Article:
Linear and multiple linear least squares regression

by Trent Guidry19. July 2009 10:59
In this article I will set up the framework for doing linear and multiple linear least squares regression. Linear regression is a fairly simple way of fitting equation parameters to a set of observed data.
A multiple linear regression can be expressed by the equation below.
y = p0x0 + p1x1 + p2x2 + … + pmxm + e
Where y is the output of the regressed function, x0 to xm are different variables or functions, and e is the residual error of the regression equation at that point.
This can be written in matrix form as
Y = JP + E
n is the number of parameters.  m is the number of data points.
Mulitple Linear Regression Jacobian
Where Y is the vector of observed y points, A is the vector of coefficients, E is the vector of errors and Z is the matrix of functional values.
The square residual error Sr is calculated by rearranging and then squaring E as shown below.
Sr = E2 = (Y-JP)2 = (Y-JP)T(Y-JP) = YTY + PT(JTJ)P – 2YTJP
At the minimum square residual error, the derivatives of SR with respect to the unknowns A are equal to zero.
dSR/dP = 2JTJP – 2JTY = 0
This gives the equation shown below.
JTJP = JTY
Multiple Linear Regression 
To solve this equation, I will add a static function to the previously developed Polynomial class called Regress. The code for this function is shown below.
        public static double[] Regress(double[,] z, double[] y){//y=a0 z1 + a1 z1 +a2 z2 + a3 z3 +...//Z is the functional values.//Z index 0 is a row, the variables go across index 1.//Y is the summed value.//returns the coefficients.Debug.Assert(z != null && y != null);Debug.Assert(z.GetLength(0) == y.GetLength(0));Matrix zMatrix = z;Matrix zTransposeMatrix = zMatrix.Transpose();Matrix leftHandSide = zTransposeMatrix * zMatrix;Matrix rightHandSide = zTransposeMatrix * y;Matrix coefsMatrix = leftHandSide.SolveFor(rightHandSide);return coefsMatrix;}
To give an example of using this function, I will regress the parameters of the Clausisus Clapeyron correlation to the vapor pressure data of methanol that I got from the 6th edition of Perry's Chemical Engineers' Handbook.
The Clausisus Clapeyron equation is given as shown below.
ln Psat = A – B/T
The data that I will use to regress A and B is shown below. 
T K
P Pa
229.15
133.32249
247.85
666.61245
256.95
1333.2249
267.15
2666.4498
278.15
5332.8996
285.25
7999.3494
294.35
13332.249
307.95
26664.498
323.05
53328.996
337.85
101325.09
 
Where T is the temperature in Kelvin and P is the pressure in Pascals.
To regress these parameters, I will need to set up the Z matrix. The z functions are the functions that follow the regression parameters. For this case, z0 is simply 1 and z1 is -1/T. I also need y, which is the natural log of the pressure.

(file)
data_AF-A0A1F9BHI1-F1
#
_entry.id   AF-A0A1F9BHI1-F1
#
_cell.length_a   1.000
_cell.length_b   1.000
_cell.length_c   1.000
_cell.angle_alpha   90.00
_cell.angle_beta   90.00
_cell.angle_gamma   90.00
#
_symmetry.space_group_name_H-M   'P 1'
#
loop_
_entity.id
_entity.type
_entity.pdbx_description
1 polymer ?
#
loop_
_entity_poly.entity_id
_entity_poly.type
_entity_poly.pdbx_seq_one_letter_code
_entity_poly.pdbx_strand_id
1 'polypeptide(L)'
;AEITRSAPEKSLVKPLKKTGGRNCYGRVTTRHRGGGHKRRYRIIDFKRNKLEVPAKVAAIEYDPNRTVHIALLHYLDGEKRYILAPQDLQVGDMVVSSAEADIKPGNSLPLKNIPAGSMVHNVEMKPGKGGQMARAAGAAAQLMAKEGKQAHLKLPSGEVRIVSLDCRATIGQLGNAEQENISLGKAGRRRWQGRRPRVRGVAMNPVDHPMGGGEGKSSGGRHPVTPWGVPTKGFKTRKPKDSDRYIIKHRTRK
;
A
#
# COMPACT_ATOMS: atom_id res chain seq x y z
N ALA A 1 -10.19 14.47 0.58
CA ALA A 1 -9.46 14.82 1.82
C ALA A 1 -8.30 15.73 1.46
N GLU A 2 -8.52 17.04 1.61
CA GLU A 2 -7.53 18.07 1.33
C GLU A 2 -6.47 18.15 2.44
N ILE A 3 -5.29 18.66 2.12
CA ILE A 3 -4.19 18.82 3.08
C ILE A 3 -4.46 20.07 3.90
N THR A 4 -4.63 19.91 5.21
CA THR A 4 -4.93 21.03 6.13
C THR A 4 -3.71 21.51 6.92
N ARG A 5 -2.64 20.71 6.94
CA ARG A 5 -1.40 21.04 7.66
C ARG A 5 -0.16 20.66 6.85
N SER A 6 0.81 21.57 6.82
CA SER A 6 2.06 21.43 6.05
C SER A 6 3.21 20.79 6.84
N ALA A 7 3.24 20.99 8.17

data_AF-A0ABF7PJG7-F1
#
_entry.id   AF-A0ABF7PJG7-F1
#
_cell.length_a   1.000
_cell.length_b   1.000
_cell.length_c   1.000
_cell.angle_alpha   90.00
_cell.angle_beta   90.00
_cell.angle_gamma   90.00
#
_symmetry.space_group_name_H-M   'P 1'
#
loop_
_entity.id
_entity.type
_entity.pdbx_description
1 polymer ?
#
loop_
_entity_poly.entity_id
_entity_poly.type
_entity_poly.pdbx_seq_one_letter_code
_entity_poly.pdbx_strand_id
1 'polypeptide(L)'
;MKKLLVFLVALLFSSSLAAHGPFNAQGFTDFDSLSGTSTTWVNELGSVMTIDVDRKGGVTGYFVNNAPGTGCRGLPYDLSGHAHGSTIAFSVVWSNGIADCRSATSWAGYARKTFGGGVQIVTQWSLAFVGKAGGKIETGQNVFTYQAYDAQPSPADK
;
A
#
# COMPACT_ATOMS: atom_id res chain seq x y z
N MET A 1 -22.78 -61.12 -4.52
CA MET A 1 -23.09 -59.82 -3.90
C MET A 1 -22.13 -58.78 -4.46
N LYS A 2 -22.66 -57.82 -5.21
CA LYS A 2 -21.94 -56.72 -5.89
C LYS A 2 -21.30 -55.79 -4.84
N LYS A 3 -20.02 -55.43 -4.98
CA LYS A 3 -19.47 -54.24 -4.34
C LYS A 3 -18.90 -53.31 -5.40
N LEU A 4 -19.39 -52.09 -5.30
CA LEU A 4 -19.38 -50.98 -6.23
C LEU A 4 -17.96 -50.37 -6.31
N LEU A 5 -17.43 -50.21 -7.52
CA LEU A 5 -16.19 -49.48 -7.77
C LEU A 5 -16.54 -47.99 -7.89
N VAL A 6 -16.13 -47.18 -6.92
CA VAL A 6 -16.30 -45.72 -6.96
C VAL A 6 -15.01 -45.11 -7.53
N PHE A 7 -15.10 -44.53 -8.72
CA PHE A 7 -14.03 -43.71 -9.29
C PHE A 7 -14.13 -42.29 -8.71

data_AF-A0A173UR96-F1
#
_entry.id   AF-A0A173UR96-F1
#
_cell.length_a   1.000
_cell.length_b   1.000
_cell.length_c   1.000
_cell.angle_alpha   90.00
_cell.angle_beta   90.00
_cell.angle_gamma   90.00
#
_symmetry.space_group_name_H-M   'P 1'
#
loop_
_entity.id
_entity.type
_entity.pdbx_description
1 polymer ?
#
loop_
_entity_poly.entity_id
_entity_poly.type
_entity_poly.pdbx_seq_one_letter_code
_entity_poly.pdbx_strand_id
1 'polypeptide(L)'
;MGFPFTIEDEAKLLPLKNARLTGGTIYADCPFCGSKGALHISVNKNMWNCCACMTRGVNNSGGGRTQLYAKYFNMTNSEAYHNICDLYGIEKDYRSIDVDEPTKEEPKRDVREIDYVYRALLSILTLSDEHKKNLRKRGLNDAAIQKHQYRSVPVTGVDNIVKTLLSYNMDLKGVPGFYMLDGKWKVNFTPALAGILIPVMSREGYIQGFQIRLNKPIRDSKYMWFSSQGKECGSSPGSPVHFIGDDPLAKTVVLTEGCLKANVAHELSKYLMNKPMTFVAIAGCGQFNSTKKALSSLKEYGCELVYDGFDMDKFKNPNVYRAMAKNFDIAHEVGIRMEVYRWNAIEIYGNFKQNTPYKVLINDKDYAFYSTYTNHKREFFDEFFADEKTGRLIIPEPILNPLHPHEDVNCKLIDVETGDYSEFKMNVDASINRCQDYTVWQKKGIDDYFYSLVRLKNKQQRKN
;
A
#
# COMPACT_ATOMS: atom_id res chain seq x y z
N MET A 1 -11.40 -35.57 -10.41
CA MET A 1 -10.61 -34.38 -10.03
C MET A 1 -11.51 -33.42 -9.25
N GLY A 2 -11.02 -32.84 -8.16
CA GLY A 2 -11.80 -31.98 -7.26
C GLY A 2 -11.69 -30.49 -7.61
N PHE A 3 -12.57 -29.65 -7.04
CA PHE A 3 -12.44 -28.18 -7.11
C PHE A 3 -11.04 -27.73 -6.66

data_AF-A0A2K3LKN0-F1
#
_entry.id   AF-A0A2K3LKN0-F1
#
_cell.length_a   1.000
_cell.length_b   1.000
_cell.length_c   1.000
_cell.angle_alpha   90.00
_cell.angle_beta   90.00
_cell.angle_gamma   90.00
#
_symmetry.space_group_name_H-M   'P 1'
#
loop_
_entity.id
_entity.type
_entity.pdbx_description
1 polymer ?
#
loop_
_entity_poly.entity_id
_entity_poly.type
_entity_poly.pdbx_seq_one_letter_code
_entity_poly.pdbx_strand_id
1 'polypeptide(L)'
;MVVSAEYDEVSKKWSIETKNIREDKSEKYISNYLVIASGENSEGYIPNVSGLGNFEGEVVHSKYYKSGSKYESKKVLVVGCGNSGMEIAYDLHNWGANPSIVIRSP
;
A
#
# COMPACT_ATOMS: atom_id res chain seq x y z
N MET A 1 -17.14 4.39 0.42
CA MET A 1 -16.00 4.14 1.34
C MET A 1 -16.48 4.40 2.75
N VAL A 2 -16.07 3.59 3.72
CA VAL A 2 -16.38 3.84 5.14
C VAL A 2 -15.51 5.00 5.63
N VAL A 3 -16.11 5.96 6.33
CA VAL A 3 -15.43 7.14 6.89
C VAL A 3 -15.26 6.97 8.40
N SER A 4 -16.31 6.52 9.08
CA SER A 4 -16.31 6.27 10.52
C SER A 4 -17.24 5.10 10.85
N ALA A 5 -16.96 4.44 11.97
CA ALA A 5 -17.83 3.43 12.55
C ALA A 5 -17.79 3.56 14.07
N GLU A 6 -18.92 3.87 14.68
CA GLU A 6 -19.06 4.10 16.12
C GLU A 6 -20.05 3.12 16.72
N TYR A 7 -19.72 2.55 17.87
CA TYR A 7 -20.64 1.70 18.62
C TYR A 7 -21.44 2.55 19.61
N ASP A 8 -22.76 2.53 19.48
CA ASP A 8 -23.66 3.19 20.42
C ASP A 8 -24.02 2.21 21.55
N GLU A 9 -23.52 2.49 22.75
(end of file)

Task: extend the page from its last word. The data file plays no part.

This regression is solved with the code shown below.
            double[] temperatures = new double[] { 229.15, 247.85, 256.95, 267.15, 278.15, 285.25, 294.35, 307.95, 323.05, 337.85 };double[] pressures = new double[] { 133.3224898, 666.6124489, 1333.224898, 2666.449795, 5332.899591, 7999.349386, 13332.24898, 26664.49795, 53328.99591, 101325.0922 };Func<double, double>[] zFunctions = new Func<double, double>[2];zFunctions[0] = tempeature => 1.0;zFunctions[1] = tempeature => -1.0 / tempeature;Func<double, double> yFunction = pressure => Math.Log(pressure);double[] yValues = new double[temperatures.Length];double[,] zValues = new double[temperatures.Length, zFunctions.Length];Parallel.For(0, temperatures.Length, i =>{yValues[i] = yFunction(pressures[i]);zValues[i, 0] = zFunctions[0](temperatures[i]);zValues[i, 1] = zFunctions[1](temperatures[i]);});double[] dCoefs = Polynomial.Regress(zValues, yValues);
Running this gives values of 25.46 for A and 4701.0 for B.
A comparison of the values calculated by the Clausisus Clapeyron equation using the regressed parameters verse the actual data values are shown in the table below.
T K
P Pa
Calculated
229.15
133.32249
140.5453202
247.85
666.61245
660.7495631
256.95
1333.2249
1293.504712
267.15
2666.4498
2600.997163
278.15
5332.8996
5216.386216
285.25
7999.3494
7944.511893
294.35
13332.249
13223.3454
307.95
26664.498
26770.72276
323.05
53328.996
54644.8107
337.85
101325.09
103371.4208
 
Regression Error Jacobian

Comments (4) -

xyz
xyzUnited States
7/28/2009 7:25:26 PM #

can we use the above mentioned function for 2nd order polynomial fit

Trent
TrentUnited States
7/29/2009 10:01:07 AM #

Yes.

That's a good question.  I will do a post on regressing polynomials.  Hopefully I will have time to get it out in the next couple of days.

Trent
TrentUnited States
7/29/2009 5:50:53 PM #

I finished the post.  It is at www.trentfguidry.net/.../...mial-Coefficients.aspx

It gives examples of fitting 1st, 2nd, 3rd, and 4th order poylnomials.

xyz
xyzUnited States
7/30/2009 11:55:08 PM #

Thanks for the article it was great.